Azapropazone


Concise Prescribing Info
Indications/Uses
Listed in Dosage.
Dosage/Direction for Use
Adult : PO Acute gout 1.8 g/day in divided doses, then 1.2 g/day in divided doses. Ankylosing spondylitis; Rheumatoid arthritis 1.2 g/day in 2-4 divided doses.
Dosage Details
Oral
Acute gout
Adult: 1.8 g daily in divided doses until acute symptoms subside, then reduce to 1.2 g daily in divided doses until symptoms disappear.
Elderly: 1.8 g daily in divided doses for 1st 24 hr, then 1.2 g daily in divided doses. Reduce further to max 600 mg daily as soon as possible. Continue only until acute symptoms resolve.

Oral
Ankylosing spondylitis, Rheumatoid arthritis
Adult: 1.2 g daily in 2-4 divided doses.
Elderly: >60 yr: 300 mg bid.
Renal Impairment
CrClDosage
<50Reduce dose by one-half to two-thirds.
50-75Reduce dose by one-third to one-half.
Administration
Should be taken with food. Take w/ or immediately after meals.
Contraindications
History of peptic ulceration, porphyria, inflammatory bowel disease, blood disorders, hypersensitivity. Not to be used in acute gout of elderly with even mild renal function. Lactation. Severe renal disease.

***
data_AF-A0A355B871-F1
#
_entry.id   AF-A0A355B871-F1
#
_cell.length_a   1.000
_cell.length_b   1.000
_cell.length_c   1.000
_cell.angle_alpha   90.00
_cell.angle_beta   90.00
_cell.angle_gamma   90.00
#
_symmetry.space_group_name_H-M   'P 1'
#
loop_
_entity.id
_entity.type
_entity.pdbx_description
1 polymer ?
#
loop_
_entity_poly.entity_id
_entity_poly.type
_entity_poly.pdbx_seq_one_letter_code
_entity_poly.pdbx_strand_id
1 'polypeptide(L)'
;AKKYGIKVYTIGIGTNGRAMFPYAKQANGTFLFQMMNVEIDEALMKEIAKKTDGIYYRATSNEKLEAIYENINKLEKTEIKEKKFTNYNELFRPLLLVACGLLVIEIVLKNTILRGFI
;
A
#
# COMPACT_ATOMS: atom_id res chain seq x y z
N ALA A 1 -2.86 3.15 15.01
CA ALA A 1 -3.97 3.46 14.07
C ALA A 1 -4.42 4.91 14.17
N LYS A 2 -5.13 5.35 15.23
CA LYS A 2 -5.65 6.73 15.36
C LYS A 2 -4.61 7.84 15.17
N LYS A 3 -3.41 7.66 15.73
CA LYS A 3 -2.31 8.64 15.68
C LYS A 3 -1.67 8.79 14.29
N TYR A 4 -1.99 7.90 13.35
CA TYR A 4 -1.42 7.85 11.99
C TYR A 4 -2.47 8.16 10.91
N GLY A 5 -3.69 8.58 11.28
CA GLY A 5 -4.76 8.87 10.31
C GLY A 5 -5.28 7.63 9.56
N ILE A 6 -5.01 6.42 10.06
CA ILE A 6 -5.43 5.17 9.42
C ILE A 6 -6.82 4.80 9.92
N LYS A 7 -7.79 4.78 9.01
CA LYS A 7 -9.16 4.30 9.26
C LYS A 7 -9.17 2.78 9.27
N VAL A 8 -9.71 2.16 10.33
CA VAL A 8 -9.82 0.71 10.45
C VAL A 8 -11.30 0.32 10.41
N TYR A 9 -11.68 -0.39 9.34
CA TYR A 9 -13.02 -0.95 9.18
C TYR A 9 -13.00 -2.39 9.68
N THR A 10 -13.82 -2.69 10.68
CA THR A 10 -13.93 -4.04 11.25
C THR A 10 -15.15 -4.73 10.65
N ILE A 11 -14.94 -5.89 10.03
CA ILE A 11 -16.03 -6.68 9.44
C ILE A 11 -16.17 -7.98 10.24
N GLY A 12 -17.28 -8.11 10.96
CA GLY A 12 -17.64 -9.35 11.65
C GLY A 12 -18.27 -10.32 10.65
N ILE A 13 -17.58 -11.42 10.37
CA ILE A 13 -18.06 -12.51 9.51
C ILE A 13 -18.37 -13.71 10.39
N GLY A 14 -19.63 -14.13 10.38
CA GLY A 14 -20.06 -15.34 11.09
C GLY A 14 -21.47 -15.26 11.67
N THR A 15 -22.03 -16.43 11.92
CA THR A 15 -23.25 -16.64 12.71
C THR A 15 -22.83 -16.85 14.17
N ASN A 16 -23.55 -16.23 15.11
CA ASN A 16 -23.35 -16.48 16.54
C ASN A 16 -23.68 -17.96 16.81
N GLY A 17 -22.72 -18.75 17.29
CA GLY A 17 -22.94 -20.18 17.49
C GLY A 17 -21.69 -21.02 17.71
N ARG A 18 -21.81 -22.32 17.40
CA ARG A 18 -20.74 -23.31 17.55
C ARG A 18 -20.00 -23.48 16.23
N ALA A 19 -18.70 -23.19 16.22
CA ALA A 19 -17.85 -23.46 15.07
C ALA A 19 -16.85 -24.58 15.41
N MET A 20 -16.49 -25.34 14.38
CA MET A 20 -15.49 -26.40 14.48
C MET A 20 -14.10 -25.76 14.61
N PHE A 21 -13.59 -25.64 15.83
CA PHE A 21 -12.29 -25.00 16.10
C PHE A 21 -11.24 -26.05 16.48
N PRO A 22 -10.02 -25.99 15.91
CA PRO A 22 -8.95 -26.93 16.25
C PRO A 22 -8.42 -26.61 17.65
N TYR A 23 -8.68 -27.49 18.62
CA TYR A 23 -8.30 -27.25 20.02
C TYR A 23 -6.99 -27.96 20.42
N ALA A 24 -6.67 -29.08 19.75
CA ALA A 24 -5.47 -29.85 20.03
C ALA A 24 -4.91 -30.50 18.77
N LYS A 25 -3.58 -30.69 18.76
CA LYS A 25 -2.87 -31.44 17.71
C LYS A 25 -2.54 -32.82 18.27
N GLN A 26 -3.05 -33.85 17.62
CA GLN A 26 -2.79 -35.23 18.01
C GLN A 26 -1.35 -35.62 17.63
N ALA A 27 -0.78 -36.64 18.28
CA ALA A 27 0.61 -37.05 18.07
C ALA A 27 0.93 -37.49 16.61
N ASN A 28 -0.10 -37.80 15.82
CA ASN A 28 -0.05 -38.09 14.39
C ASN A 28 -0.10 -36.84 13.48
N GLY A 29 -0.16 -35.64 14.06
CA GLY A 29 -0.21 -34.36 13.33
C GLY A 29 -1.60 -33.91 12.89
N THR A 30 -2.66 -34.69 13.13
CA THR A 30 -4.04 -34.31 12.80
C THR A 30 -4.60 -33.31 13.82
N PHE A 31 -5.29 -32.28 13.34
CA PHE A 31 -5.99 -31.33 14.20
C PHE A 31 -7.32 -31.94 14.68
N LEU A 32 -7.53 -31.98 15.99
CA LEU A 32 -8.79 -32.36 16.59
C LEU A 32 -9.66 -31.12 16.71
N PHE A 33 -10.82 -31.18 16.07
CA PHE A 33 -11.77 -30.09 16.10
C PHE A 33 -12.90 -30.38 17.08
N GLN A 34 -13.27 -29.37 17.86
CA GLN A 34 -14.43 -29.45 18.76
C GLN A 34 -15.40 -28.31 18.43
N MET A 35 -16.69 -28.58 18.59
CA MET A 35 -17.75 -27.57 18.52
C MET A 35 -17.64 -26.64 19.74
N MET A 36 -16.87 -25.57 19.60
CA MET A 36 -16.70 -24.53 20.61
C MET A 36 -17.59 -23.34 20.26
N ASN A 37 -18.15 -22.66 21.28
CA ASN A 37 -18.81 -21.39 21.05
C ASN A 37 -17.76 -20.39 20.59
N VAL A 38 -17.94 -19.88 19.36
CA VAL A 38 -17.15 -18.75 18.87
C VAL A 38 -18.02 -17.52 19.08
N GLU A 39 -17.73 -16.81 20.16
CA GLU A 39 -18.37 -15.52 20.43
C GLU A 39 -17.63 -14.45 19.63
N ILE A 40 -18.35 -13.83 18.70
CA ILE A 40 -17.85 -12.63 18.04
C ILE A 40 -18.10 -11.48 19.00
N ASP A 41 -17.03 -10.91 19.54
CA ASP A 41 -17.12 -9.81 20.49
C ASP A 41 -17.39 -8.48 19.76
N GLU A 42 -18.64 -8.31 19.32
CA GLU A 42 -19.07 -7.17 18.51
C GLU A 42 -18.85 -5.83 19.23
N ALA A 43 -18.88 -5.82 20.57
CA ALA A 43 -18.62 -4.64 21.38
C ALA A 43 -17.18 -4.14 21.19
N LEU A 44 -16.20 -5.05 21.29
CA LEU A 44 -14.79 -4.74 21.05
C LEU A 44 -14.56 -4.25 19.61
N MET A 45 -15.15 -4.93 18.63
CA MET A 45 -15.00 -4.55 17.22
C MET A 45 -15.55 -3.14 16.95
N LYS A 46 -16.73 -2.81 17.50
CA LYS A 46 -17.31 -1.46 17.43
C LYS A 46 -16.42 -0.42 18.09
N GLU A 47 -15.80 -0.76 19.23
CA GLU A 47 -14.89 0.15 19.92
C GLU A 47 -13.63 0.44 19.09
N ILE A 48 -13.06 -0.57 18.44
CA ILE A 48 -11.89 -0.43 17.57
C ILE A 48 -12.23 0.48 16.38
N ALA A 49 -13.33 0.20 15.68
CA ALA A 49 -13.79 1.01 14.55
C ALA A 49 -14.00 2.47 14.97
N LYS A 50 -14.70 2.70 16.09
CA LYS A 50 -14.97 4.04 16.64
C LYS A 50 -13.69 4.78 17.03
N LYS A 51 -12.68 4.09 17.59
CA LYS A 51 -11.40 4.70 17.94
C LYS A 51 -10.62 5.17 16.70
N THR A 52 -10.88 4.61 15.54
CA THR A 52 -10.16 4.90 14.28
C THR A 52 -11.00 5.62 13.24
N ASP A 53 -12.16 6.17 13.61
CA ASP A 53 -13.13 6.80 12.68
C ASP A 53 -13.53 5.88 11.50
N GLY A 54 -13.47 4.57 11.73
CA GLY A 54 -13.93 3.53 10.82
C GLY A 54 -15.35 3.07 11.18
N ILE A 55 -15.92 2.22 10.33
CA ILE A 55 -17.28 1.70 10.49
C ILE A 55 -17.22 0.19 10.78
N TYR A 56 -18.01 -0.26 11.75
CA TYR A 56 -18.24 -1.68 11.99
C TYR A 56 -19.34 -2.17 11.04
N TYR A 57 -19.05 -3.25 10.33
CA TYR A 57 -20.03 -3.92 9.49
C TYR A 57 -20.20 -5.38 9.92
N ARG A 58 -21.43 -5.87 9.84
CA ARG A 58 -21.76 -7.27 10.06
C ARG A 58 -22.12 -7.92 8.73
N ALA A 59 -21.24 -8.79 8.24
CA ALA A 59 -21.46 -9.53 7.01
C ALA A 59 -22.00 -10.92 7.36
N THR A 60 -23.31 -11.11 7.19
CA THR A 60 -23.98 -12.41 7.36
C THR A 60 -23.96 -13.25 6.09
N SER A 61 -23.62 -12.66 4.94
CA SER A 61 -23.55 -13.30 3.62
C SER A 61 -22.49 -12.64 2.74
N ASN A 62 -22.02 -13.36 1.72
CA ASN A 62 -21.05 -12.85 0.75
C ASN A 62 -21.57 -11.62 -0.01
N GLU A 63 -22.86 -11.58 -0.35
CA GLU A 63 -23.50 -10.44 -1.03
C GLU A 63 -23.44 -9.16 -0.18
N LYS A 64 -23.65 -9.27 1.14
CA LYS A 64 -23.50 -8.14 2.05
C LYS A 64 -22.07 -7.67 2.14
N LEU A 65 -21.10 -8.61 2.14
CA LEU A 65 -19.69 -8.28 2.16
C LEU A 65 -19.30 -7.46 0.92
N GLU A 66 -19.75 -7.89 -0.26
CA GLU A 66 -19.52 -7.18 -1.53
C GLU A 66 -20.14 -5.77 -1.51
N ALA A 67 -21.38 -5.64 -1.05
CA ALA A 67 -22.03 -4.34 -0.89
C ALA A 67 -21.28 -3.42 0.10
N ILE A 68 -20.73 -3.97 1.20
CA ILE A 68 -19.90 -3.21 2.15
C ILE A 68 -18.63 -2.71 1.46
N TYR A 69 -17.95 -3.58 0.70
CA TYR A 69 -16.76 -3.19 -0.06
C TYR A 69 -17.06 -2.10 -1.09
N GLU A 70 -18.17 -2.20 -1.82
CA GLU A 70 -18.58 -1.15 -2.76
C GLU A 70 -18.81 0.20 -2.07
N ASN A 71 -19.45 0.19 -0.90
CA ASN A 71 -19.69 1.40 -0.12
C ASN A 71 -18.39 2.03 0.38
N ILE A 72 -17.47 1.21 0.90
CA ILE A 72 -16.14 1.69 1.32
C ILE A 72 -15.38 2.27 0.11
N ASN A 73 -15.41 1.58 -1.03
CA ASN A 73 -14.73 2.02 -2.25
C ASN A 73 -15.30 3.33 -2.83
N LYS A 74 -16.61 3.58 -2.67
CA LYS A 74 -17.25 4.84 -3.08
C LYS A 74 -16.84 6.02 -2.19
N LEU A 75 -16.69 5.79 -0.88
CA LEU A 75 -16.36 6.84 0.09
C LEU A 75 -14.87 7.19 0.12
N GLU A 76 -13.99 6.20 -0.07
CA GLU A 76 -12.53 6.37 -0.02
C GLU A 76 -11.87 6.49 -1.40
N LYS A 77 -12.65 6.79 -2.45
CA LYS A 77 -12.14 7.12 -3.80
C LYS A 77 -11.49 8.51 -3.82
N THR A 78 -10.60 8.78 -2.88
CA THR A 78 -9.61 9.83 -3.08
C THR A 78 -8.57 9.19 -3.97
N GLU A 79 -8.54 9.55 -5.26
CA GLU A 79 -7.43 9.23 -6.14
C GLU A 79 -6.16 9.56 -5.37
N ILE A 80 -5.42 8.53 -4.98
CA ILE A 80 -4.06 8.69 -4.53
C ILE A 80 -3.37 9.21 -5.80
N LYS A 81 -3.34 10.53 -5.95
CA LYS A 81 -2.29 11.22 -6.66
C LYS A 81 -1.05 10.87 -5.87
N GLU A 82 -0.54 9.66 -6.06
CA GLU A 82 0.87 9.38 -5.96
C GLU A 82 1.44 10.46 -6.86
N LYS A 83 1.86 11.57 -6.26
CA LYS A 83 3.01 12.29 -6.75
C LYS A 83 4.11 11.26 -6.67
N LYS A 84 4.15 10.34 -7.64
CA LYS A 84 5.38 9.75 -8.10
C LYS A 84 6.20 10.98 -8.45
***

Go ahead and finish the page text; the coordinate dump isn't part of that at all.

Special Precautions
Allergic disorders, coagulation defects; renal, cardiac or hepatic impairment; history of cardiac failure, left ventricular dysfunction, hypertension, or in patients with oedema due to other reasons; elderly, pregnancy. Should be withdrawn if GI lesions develop. Long-term use of NSAID is associated with reversible, reduced female fertility. Maintain adequate fluid intake.
Adverse Reactions
GI disorders; hypersensitivity reactions, headache, dizziness, nervousness, depression, drowsiness, insomnia, vertigo, tinnitus, photosensitivity, haematuria; blood disorders, fluid retention, hypertension.
Drug Interactions
Enhances effects of oral anticoagulants (warfarin), phenytoin and sulfonylureas. Increased plasma concentration of lithium, methotrexate and cardiac glycosides. Increased risk of nephrotoxicity when used with ACE inhibitors, cyclosporin, tacrolimus or diuretics; hypokalaemia may also result from ACE inhibitors and diuretics concomitant use. Quinolones may produce convulsions. Moclobemide enhances NSAIDs effects. Increased risk of adverse reactions with other NSAIDs. Increased risk of GI bleeding and ulceration with corticosteroids, SSRIs, clopidrogel and ticlopidine, biphosphonates or pentoxifylline; haemotoxicity with zidovudine. Ritonavir increases plasma concentration; mifepristone and antihypertensives alter the drug's efficacy.
Action
Description: Azapropazone is an NSAID structurally related to phenylbutazone which also has uricosuric properties.
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